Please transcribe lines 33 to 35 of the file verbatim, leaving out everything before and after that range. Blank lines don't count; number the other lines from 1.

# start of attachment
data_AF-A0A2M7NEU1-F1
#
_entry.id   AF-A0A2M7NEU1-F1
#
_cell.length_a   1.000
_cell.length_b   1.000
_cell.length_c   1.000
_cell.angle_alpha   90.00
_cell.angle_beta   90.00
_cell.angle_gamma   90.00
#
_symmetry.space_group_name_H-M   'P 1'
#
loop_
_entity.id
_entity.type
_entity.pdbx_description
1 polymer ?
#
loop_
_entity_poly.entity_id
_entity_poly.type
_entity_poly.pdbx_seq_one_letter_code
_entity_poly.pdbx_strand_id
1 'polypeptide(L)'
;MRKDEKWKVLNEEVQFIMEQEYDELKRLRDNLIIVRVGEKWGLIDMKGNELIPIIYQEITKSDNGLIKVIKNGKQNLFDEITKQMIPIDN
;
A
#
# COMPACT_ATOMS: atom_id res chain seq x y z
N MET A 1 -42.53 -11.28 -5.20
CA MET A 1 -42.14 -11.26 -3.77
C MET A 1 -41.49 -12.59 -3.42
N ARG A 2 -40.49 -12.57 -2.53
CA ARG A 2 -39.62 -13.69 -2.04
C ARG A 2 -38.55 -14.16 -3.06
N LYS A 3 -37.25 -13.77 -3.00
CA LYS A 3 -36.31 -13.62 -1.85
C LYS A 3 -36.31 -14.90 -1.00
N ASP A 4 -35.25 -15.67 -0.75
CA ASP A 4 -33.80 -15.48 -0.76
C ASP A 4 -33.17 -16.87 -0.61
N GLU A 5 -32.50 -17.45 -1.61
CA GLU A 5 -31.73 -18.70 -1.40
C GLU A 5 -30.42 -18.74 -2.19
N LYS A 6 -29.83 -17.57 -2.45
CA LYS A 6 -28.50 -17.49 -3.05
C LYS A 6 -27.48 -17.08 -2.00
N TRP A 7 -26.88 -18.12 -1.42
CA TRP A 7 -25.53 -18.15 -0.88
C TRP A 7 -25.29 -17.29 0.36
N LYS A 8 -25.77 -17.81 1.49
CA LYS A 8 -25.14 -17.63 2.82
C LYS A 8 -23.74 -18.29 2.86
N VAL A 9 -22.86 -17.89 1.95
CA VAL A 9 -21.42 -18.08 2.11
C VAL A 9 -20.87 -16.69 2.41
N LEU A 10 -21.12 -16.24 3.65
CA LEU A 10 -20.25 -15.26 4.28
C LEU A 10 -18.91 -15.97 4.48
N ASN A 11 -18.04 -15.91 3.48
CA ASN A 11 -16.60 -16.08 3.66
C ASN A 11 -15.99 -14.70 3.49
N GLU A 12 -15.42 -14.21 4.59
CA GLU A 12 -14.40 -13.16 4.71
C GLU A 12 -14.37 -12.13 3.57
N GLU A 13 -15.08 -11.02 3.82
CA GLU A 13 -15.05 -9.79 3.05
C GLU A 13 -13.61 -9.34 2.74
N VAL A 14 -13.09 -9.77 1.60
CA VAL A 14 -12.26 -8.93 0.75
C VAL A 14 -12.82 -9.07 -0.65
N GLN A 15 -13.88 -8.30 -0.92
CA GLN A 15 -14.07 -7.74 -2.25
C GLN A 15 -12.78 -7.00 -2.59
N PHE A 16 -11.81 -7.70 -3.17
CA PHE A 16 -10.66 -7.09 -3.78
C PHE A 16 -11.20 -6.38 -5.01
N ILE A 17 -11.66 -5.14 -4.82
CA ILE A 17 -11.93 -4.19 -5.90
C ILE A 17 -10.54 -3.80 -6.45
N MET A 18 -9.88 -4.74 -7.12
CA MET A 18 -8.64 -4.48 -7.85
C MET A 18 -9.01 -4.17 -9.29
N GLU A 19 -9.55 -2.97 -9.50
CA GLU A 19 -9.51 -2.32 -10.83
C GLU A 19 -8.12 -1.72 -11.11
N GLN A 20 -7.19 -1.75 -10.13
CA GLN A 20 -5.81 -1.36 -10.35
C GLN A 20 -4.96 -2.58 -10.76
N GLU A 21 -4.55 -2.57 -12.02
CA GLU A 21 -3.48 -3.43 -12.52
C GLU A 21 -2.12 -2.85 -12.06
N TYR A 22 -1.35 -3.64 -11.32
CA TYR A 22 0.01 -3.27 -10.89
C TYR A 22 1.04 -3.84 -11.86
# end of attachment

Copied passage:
C MET A 1 -41.49 -12.59 -3.42
N ARG A 2 -40.49 -12.57 -2.53
CA ARG A 2 -39.62 -13.69 -2.04